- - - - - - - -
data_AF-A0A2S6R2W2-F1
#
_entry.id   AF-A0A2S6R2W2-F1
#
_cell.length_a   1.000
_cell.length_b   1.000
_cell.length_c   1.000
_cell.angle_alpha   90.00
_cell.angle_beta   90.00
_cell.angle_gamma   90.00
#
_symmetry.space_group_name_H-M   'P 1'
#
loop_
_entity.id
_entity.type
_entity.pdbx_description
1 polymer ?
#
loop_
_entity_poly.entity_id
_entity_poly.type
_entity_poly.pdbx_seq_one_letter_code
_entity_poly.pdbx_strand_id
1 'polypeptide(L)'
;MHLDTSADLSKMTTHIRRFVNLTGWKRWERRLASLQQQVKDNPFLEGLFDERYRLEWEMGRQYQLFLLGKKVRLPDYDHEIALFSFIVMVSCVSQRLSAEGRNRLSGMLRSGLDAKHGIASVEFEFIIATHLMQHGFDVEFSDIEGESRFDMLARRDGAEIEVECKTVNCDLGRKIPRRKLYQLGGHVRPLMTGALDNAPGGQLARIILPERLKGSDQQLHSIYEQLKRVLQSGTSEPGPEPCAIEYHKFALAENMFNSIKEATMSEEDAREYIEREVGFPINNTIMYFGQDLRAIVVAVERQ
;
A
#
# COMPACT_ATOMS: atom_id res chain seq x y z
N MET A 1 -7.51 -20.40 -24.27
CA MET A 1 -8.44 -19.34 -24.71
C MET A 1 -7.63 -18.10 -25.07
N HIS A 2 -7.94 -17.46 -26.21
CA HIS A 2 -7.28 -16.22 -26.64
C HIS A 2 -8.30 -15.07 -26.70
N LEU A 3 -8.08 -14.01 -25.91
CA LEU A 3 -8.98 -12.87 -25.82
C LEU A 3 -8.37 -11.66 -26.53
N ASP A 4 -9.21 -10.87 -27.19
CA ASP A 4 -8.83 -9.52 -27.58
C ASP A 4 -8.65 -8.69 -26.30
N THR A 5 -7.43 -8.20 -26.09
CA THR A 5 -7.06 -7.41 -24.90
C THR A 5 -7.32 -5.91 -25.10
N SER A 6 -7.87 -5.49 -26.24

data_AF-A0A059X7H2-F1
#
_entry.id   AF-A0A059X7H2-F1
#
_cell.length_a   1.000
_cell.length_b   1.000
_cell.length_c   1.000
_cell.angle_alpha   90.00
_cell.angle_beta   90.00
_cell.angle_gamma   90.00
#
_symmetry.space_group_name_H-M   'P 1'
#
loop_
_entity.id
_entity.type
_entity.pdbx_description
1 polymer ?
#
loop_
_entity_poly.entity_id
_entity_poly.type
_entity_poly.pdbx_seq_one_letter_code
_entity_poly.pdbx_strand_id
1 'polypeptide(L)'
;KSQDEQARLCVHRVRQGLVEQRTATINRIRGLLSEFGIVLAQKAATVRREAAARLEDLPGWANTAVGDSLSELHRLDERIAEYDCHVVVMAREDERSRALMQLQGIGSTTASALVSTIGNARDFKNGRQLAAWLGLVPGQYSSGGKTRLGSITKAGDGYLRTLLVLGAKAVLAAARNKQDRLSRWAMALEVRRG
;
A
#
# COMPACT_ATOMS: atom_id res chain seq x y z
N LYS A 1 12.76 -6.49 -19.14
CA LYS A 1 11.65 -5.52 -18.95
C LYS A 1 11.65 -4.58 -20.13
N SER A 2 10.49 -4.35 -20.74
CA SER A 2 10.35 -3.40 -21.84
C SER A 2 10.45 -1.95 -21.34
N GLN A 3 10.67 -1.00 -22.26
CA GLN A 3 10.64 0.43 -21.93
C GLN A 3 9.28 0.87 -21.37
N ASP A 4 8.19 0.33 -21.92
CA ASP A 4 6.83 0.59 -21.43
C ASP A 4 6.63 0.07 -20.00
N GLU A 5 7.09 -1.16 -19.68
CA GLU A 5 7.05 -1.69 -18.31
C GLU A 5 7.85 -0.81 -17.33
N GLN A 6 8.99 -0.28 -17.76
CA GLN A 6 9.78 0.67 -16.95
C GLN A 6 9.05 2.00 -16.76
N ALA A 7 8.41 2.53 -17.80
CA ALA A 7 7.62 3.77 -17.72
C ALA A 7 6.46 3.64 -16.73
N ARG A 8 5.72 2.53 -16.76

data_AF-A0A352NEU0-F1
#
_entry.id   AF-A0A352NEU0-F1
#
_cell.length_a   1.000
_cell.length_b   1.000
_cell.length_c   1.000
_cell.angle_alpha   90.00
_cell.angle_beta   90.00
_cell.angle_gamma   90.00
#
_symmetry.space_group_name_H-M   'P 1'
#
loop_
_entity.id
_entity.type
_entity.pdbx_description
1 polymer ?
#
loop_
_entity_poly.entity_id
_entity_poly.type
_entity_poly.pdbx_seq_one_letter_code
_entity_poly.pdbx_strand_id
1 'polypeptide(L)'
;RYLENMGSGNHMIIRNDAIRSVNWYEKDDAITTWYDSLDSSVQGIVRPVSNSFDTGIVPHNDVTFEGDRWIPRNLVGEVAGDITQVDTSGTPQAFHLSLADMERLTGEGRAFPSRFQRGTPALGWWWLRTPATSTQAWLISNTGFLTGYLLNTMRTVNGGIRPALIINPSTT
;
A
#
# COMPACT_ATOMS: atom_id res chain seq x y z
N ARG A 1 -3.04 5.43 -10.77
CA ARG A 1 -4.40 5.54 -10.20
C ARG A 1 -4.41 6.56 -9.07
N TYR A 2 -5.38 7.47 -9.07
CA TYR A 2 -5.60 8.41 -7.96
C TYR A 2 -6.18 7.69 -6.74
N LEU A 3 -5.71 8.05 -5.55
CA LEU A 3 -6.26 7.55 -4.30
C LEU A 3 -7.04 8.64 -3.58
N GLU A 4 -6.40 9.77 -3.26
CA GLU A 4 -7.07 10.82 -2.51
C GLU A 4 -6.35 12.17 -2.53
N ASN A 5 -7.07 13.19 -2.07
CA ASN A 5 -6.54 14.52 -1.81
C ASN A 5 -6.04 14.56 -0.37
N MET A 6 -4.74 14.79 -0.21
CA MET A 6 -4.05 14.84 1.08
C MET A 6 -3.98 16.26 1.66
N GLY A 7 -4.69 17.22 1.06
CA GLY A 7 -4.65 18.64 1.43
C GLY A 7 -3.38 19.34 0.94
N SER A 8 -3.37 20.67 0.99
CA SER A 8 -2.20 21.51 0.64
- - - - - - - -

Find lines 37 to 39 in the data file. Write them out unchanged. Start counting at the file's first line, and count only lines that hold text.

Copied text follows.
N LEU A 3 -8.08 -14.01 -25.91
CA LEU A 3 -8.98 -12.87 -25.82
C LEU A 3 -8.37 -11.66 -26.53